NDAA FY19 changed the contours of the first group.  Section 573(a) eliminated the eligibility criterion that was based on a spouse relocating with a military member on PCS orders and replaced it with one that includes all spouses of members of the armed forces on active duty.  Because of this change, the definitions for ‘relocating spouse of a member of the Armed Forces’, ‘permanent change of station’, and ‘geographic area of the permanent duty station’ have been removed for the next five years.  Section 573(a) also temporarily eliminates 5 U.S.C. 3330d(c) – Special rules regarding relocating spouses.  In accordance with revised 5 U.S.C. 3330d(b), the head of an agency may now appoint noncompetitively: the spouse of a member of the armed forces on active duty, the spouse of a 100 percent disabled member of the armed forces, or the spouse of a deceased member of the armed forces.  

Section 573(d) requires agencies to report to OPM on an annual basis (i.e., by December 31 of each year) on the number of appointments made for spouses of members of the armed forces on active duty. 

Section 573(e) sunsets these statutory changes on August 12, 2023, after which time the provisions at 5 USC 3330(d) in effect prior to the date of enactment (i.e., August 12, 2018) will apply again.

Executive Order 13832

The purpose of the EO, which pre-dated the most recent statutory changes, was to exhort agencies to provide greater opportunities for military spouses to be considered for Federal jobs in the competitive service through the use of the Governmentwide noncompetitive hiring authority for military spouses.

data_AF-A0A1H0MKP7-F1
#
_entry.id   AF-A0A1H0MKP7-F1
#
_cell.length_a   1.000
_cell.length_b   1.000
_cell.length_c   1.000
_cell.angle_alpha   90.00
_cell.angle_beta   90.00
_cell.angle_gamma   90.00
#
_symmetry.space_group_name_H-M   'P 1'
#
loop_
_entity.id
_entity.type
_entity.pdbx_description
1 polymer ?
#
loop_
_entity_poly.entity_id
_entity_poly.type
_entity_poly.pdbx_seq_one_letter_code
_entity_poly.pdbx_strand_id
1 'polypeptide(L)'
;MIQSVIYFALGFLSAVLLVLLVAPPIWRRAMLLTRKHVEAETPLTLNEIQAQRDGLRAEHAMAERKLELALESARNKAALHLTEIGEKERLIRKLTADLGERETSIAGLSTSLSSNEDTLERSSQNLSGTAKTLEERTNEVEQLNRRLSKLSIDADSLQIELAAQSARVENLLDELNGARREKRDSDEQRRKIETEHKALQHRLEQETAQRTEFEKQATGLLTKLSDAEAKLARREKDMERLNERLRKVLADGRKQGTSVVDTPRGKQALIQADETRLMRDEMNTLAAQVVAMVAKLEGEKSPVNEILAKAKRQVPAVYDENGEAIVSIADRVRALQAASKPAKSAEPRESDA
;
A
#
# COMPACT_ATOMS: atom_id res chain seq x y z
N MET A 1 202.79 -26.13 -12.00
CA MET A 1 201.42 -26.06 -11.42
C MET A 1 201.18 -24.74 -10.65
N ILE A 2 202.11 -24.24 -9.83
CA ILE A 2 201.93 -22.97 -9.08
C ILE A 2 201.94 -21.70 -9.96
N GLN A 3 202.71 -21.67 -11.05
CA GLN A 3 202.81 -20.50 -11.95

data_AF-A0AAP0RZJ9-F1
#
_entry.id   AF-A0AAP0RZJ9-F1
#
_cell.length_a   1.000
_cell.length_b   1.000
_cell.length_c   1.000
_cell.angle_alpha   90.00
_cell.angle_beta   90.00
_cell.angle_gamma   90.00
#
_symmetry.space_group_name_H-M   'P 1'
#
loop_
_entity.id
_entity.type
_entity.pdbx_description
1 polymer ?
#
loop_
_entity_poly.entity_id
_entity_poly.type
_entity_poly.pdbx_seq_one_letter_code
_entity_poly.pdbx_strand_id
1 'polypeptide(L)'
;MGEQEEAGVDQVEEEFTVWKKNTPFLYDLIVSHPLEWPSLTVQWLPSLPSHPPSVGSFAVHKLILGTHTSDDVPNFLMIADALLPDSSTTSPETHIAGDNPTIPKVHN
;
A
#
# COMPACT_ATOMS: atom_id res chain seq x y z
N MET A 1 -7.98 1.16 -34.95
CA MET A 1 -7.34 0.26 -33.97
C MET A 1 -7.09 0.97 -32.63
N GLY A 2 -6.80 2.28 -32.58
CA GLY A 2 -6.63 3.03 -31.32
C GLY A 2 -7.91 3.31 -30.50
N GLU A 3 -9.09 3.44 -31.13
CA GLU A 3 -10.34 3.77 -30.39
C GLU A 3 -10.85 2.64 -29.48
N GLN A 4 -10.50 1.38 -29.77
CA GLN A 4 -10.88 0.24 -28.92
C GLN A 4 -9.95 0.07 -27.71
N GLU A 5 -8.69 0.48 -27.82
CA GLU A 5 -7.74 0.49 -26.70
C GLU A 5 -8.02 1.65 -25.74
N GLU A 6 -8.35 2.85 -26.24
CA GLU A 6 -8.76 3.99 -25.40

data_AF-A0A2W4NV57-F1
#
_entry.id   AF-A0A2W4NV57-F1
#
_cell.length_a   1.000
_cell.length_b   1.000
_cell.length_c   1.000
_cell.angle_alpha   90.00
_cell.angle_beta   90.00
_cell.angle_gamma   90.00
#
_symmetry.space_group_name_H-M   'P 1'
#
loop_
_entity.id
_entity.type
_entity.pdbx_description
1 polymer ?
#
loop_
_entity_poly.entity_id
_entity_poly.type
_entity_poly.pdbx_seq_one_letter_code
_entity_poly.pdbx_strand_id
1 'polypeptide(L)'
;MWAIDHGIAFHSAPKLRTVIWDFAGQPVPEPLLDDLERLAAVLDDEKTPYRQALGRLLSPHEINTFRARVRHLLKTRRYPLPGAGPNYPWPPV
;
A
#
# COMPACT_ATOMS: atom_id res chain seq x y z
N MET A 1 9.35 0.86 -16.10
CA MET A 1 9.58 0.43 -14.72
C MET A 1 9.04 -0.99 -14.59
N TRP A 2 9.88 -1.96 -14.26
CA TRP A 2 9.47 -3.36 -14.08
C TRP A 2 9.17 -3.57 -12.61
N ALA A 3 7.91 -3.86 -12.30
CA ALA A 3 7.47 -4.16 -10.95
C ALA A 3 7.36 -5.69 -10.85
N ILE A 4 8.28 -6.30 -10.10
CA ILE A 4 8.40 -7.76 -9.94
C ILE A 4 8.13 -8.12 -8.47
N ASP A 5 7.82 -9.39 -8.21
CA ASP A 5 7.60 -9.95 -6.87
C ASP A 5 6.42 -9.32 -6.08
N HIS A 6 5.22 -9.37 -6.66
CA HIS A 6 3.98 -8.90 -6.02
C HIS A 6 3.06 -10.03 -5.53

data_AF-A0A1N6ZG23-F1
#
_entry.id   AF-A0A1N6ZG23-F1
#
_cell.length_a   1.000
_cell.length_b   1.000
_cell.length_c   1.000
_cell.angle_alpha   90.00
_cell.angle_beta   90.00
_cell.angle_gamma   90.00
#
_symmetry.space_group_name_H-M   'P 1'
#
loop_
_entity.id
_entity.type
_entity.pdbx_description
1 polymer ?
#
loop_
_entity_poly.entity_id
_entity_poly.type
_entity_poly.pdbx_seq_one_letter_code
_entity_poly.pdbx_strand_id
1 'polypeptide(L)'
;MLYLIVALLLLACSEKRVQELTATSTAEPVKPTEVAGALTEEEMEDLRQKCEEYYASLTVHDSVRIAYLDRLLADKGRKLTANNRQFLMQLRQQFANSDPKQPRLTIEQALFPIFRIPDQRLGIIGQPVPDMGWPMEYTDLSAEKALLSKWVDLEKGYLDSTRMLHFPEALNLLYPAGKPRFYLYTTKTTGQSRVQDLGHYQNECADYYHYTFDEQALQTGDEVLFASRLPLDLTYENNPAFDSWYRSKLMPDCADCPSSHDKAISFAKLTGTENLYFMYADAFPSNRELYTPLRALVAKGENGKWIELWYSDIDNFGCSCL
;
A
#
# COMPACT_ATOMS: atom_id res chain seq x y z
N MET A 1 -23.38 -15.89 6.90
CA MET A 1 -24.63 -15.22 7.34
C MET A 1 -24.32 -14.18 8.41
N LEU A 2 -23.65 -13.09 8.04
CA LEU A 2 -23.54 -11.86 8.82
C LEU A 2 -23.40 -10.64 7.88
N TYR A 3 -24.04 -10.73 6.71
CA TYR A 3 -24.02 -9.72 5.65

Promoting the non-competitive hiring authority for certain military spouses

Section 3(a) of the EO directed agencies, to the greatest extent possible consistent with hiring needs, to indicate in their Job Opportunity Announcements (JOA) for positions in the competitive service that they will consider candidates under the noncompetitive military spouse authority (in addition to any other hiring authority the JOA indicates the agency will consider).

Section 3(b) of the EO directed agencies to actively advertise and promote the military spouse hiring authority and solicit applications from military spouses for positions advertised via USAJOBS and any other means the agency wishes to use.